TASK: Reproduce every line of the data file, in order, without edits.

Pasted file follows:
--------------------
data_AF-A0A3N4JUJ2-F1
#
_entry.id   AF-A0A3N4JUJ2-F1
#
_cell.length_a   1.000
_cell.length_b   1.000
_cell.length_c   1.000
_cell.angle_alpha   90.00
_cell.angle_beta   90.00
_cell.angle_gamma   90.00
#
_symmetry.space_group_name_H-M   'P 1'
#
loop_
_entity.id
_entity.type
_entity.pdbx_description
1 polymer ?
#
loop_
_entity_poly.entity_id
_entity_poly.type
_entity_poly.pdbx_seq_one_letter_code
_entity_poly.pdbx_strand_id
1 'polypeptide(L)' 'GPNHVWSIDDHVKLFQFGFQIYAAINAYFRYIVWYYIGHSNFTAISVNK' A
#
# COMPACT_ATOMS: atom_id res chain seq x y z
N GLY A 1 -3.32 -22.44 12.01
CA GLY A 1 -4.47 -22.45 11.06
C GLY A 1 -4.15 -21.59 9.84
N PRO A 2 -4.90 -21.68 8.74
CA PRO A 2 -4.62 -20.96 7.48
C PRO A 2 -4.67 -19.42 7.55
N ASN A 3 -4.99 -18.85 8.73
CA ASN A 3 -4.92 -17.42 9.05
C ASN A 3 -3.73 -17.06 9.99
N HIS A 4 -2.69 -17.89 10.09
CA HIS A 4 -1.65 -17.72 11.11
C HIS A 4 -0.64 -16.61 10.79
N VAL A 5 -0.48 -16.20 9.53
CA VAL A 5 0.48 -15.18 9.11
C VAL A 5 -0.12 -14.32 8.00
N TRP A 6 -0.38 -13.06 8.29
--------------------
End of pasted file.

data_AF-A0A3N4JUJ2-F1
#
_entry.id   AF-A0A3N4JUJ2-F1
#
_cell.length_a   1.000
_cell.length_b   1.000
_cell.length_c   1.000
_cell.angle_alpha   90.00
_cell.angle_beta   90.00
_cell.angle_gamma   90.00
#
_symmetry.space_group_name_H-M   'P 1'
#
loop_
_entity.id
_entity.type
_entity.pdbx_description
1 polymer ?
#
loop_
_entity_poly.entity_id
_entity_poly.type
_entity_poly.pdbx_seq_one_letter_code
_entity_poly.pdbx_strand_id
1 'polypeptide(L)' 'GPNHVWSIDDHVKLFQFGFQIYAAINAYFRYIVWYYIGHSNFTAISVNK' A
#
# COMPACT_ATOMS: atom_id res chain seq x y z
N GLY A 1 -3.32 -22.44 12.01
CA GLY A 1 -4.47 -22.45 11.06
C GLY A 1 -4.15 -21.59 9.84
N PRO A 2 -4.90 -21.68 8.74
CA PRO A 2 -4.62 -20.96 7.48
C PRO A 2 -4.67 -19.42 7.55
N ASN A 3 -4.99 -18.85 8.73
CA ASN A 3 -4.92 -17.42 9.05
C ASN A 3 -3.73 -17.06 9.99
N HIS A 4 -2.69 -17.89 10.09
CA HIS A 4 -1.65 -17.72 11.11
C HIS A 4 -0.64 -16.61 10.79
N VAL A 5 -0.48 -16.20 9.53
CA VAL A 5 0.48 -15.18 9.11
C VAL A 5 -0.12 -14.32 8.00
N TRP A 6 -0.38 -13.06 8.29